There were many revolutionary pieces of tech unveiled at last month’s Consumer Electronics Show (CES) in Las Vegas, including the waterproof Sony Xperia Z and Samsung’s revolutionary Youm flexible display technology.
As well as these top end manufacturers pulling jaw-dropping devices out of the bag, technology company NVIDIA also caused a stir by unveiling its Project Shield gaming console.
The device is NVIDIA’s attempt at bridging the gap between mobile gaming on smartphones, and traditional methods of gaming. But can the two things ever be successfully combined, and if so, is there the demand for such a bit of kit?
What is Project Shield?
Project Shield is a portable games console that runs on Google’s mobile operating system, Android Jelly Bean, and can be used to play Android games or PC games. Unlike other mobile gaming devices such as the Sony Xperia Play and Nokia’s ill-fated N-Gage, Project Shield isn’t a phone - it’s made solely for gaming purposes.
The Project Shield console looks a bit like an Xbox controller, with a flip-up 5-inch 720p multi-touch display on the top of the device. Underneath the hood there’s an NVIDIA Tegra 4 processor, offering a 72-core GPU and quad-core processor.
This, combined with NVIDIA’s GeForce Experience application, makes gaming on Project Shield immersive and responsive. This app automatically optimises selected titles in order to get the most out of the hardware, choosing the best settings for the game being played. There’s also 32GB internal storage available for saving games, and 2GB of RAM on board too.
Project Shield potential
The console has the look of an Xbox controller, with dual analogue sticks and controls that gamers will be familiar with. When hooked up to a TV via HDMI, Project Shield can produce display resolutions of over 4K, which is pretty impressive to say the least.
There’s the option to play Android games available from Google Play, but the console also runs PC games using Steam. This takes gaming on the go to the next level, but is there a market for the niche position taken up by Project Shield?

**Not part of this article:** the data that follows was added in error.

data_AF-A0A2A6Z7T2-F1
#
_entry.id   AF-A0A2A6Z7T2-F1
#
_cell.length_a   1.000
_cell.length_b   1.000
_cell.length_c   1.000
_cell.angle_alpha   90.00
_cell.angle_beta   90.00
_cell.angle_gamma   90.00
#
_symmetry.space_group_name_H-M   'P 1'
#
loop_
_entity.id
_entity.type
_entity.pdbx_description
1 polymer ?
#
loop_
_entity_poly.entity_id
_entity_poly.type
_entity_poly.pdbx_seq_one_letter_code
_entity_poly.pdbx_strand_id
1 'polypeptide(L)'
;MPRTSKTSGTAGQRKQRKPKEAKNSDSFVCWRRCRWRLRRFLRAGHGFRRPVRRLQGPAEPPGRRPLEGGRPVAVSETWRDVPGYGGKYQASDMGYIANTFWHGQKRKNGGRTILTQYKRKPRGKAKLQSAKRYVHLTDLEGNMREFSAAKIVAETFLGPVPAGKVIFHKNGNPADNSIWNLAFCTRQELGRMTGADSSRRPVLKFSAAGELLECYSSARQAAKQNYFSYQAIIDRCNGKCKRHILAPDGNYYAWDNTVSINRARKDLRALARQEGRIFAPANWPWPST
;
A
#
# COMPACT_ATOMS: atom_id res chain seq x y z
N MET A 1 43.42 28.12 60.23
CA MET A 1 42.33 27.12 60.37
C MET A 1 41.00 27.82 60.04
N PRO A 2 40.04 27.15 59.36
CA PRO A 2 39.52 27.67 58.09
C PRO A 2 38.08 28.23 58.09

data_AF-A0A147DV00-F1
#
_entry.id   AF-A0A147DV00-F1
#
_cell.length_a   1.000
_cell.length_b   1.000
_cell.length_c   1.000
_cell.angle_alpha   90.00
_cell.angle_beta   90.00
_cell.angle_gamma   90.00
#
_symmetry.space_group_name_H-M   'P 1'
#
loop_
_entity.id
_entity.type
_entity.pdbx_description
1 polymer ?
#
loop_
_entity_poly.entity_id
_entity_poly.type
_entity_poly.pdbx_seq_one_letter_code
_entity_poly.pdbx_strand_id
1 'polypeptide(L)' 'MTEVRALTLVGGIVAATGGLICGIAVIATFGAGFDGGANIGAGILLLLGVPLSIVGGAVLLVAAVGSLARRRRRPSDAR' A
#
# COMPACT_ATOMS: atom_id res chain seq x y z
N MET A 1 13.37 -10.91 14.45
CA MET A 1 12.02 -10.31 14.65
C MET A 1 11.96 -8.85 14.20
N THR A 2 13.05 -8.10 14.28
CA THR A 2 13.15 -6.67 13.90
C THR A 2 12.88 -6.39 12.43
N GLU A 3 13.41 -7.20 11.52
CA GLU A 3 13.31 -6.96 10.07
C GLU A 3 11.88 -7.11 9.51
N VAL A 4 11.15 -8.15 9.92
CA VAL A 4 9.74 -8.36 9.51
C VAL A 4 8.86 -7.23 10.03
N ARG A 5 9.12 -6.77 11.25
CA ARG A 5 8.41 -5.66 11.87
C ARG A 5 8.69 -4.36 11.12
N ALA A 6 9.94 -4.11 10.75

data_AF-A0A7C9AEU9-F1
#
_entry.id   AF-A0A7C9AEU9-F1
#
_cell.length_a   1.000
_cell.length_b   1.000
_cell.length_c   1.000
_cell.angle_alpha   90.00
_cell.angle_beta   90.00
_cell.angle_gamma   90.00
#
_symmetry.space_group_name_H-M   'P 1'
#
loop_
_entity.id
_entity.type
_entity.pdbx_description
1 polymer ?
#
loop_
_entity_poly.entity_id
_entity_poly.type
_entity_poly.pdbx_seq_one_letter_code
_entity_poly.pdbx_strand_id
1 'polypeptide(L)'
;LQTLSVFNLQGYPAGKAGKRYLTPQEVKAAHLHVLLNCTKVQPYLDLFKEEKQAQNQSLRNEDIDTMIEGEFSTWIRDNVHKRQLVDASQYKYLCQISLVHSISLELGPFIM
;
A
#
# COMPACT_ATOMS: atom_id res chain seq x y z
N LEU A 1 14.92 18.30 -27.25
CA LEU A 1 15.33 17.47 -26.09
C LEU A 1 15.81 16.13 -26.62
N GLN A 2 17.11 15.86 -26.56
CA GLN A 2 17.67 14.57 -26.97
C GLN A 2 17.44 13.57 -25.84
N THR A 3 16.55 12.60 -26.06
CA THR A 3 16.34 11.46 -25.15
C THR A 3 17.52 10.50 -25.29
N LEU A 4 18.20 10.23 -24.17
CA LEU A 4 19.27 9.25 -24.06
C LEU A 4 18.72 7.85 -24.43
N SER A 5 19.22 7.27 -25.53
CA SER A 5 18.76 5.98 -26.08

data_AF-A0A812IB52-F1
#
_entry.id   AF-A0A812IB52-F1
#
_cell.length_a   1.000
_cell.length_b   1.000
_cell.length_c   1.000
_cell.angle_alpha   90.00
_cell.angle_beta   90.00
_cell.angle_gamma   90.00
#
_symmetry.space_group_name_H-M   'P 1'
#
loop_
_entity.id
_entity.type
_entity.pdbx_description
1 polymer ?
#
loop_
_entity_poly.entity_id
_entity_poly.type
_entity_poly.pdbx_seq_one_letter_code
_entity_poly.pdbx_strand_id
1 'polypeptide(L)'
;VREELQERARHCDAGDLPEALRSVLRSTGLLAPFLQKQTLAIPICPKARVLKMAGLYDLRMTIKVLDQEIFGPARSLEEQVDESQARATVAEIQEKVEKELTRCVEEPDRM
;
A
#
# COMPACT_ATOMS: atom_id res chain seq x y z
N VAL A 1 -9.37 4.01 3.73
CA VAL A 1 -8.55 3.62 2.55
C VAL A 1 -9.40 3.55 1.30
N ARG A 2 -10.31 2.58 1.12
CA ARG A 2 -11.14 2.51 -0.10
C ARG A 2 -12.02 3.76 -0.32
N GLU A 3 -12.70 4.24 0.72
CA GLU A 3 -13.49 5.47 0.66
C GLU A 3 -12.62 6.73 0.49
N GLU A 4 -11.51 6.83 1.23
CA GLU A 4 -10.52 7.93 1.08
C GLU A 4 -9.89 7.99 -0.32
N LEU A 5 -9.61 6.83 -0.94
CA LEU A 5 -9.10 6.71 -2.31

Mobile gaming market
Mobile gaming has come under fire in the past for not offering the same experience provided by classic consoles such as the Sony PlayStation. There are many reasons why smartphones cannot possibly offer the same quality of gaming, the main bugbears being a lack of titles, and ported versions of console games not being as good as the originals.
There are also the obvious restrictions of using a smaller lower quality smartphone display rather than a television or monitor when playing. Mobile gaming controls can also be fiddly, depending on what type of device you’re using and what style of game you are playing. However, digital market research company eMarketer found that despite this 49% of smartphone users still use their phone for gaming. Maybe NVIDIA’s best option would be to tap into this group and entice them to Project Shield, rather than trying to convert those who prefer traditional gaming.
Can Project Shield compete?
When it comes to the crunch of whether Project Shield can compete with the likes of the Xbox, hardcore gamers will likely say “definitely not”. Although NVIDIA is attempting to bridge the gap between console and mobile gaming, it may be a crossover that is not welcomed by either the gaming community or those who like to use their mobile for playing games.
In my opinion though, it all comes down to needs, and whereas the hardcore gamers will devote a lot of time, effort and money to their hobby, the people at the opposite end of the spectrum only game on their mobile simply to fill a few minutes while waiting for the bus.
The popularity of mobile gaming may be largely due to the fact that it is already available on a device which the majority of people already own. Would those same mobile gamers all still be interested if they had to buy another unit alongside their smartphones?
This is the challenge NVIDIA will face when marketing Project Shield, because as innovative as the console is, it may not have an audience.
This guest post was written by Abbi Cox of Phones 4u, which has a raft of mobile phone reviews to help you decide which smartphone is best for you.
The opinion expressed in this article is that of the author and does not reflect those of SPOnG.com except when it does.
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